11 May 2023

'Significant increase' in number of children and young people detained at Bimberi

| Claire Fenwicke
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Bimberi Youth Justice Centre

The Bimberi Youth Justice Centre has seen an increase in the number of people detained and the length of time they’re detained for. Photo: File.

The number of children and young people who have been detained at Bimberi Youth Justice Centre has reached its highest level in five years, according to a new report.

The 11th Bimberi Headline Indicators Report was presented at the Legislative Assembly on Wednesday (10 May), containing data back to the 2018-19 financial year.

According to the report, 60 young people were being held there in the second quarter of the 2022-23 financial year – the largest number of people held during a quarter as shown in the data (although this doesn’t mean all 60 were detained there at the same time).

Of the 60 young people, 42 were under the age of 18 years, with three children aged 10 to 13 years.

In the current financial year to date, 111 children and young people have been detained at Bimberi.

In comparison, a total of 136 people were detained at the centre across the entirety of the previous financial year.

statistical chart

Young people detained in Bimberi by gender, age and Aboriginal and Torres Strait Islander identity, sex and age group. Photo: Bimberi Headline Indicators Report.

Families and Community Services Minister Emma Davidson acknowledged there had been a “significant increase” in the number of detainees.

“The government has committed further funding to support staffing at Bimberi while watching this current trend in increased numbers of young people in custody,” she said.

“Seven new youth workers commenced employment with Bimberi in December 2022 and an additional nine new youth workers commenced induction training in late March 2023.”

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Delving further into the data, the number of young people detained in Bimberi on an average day has increased from 8 in the first half of 2021-22 to 19 young people in the first half of 2022-23.

This number is calculated by taking the total number of custody days a person serves and dividing it by the number of days in the month.

What this number does show is that people appear to be staying at the centre for longer.

“This increase has also resulted in an increase in the total number of custody days served by young people, when compared to the previous financial year,” Ms Davidson said.

On the positive side, despite the rise in the number of young people in detention on an average day and an increase in custody days, there had been a slight decrease in the number of serious assaults or incidents at the site.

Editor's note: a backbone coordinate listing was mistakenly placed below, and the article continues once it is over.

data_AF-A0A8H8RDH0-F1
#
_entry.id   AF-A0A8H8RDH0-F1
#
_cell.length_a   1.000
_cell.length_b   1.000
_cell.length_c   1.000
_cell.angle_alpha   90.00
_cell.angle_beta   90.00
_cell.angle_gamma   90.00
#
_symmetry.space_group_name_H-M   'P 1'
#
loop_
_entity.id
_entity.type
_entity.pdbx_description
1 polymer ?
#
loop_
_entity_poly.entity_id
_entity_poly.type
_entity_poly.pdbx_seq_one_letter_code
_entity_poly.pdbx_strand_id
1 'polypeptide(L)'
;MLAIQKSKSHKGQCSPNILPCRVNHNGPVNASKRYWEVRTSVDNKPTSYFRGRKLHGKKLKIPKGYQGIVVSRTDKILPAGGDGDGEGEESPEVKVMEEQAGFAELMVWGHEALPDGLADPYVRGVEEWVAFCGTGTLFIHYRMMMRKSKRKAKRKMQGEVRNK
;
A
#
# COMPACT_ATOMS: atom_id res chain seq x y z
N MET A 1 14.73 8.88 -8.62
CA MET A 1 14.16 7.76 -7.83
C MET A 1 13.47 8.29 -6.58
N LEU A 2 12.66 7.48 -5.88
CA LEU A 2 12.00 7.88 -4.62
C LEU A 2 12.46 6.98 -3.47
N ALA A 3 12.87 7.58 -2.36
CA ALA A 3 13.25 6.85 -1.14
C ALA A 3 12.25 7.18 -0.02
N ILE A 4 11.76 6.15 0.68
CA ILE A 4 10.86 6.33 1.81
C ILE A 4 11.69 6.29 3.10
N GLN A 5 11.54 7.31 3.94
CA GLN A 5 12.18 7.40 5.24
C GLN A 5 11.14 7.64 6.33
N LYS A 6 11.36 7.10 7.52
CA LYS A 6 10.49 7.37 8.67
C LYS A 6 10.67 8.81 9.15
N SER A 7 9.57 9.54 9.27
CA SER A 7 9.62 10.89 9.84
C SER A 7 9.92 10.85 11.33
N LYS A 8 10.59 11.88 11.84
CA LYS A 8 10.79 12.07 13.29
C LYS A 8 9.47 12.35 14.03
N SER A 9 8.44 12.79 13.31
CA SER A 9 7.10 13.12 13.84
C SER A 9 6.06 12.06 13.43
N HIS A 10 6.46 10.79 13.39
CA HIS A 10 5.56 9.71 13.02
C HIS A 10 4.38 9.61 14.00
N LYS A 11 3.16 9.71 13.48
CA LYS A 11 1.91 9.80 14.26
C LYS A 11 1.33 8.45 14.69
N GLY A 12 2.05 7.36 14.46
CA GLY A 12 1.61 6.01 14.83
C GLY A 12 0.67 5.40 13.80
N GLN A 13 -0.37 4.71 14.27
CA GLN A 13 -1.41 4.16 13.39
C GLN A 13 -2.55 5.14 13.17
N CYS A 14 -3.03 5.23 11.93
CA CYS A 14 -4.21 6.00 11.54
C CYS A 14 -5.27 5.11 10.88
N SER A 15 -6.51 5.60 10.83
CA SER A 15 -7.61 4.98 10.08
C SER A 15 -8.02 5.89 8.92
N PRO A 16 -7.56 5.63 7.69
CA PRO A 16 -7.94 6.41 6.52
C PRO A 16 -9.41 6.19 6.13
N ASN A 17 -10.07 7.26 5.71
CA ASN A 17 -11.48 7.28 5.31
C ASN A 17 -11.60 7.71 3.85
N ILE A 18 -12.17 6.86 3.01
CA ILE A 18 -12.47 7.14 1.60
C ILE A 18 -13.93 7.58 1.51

There were no category one incidents (classified as attempted suicide, serious injury, serious health complaint, escape or serious assault) in the first half of 2022-23, and there were 55 category two incidents (classified as all other incidents such as contagious disease, minor security breaches, fights, assault, significant disturbance and incidents involving visitors).

There was an increase in uses for force – up from 55 to 81 for the same time periods – but this was explained as a result of COVID-19 restrictions easing.

“This was largely due to an increase in occasions of leave and the use of mechanical restraints, such as handcuffs used to escort young people safely on leave in the community,” Ms Davidson said.

“With health services being open again, there was a significant increase in occasions of leave, up from 10 periods of leave in the first half of 2021-22 to 47 occasions of leave in the first half of 2022-23.”

According to the report, of the 81 uses of force in the 2022-23 financial year to date, 45 of these were for compliant use of force, such as escorted leave.

The rise in young people being detained also meant an increase in health segregations, as everyone entering the centre needs a precautionary COVID-19 test.

Overall, there were 105 segregation directions made in the reporting period, with an additional six safety and security segregations made in the same period.

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The ACT Public Advocate from the ACT Human Rights Commission attends Bimberi weekly to speak with young people about concerns they may have regarding their conditions.

A spokesperson said while the Public Advocate was concerned about the “sharp increase” in the number of young people detained, the reason for which was “unclear”, this number had fluctuated each month.

“However, the [increase in the] length of stays is likely attributed to the nature of charges laid and/or the time involved in processing the high number of young people in remand at Bimberi,” they said.

Region asked Ms Davidson why there had been such a significant increase in the number of detainees at the centre and what was being done to accommodate this.

“The clear majority of young people who come into Bimberi are there on remand. Decisions about arrest and eligibility for police bail are matters for the police and Minister for Corrections,” she said.

“The ACT Government is committed to ensuring the best possible outcome for young people in the ACT, including those in youth justice at the Bimberi Youth Justice Centre.”

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Should be renamed “Stalag Rattenbury”

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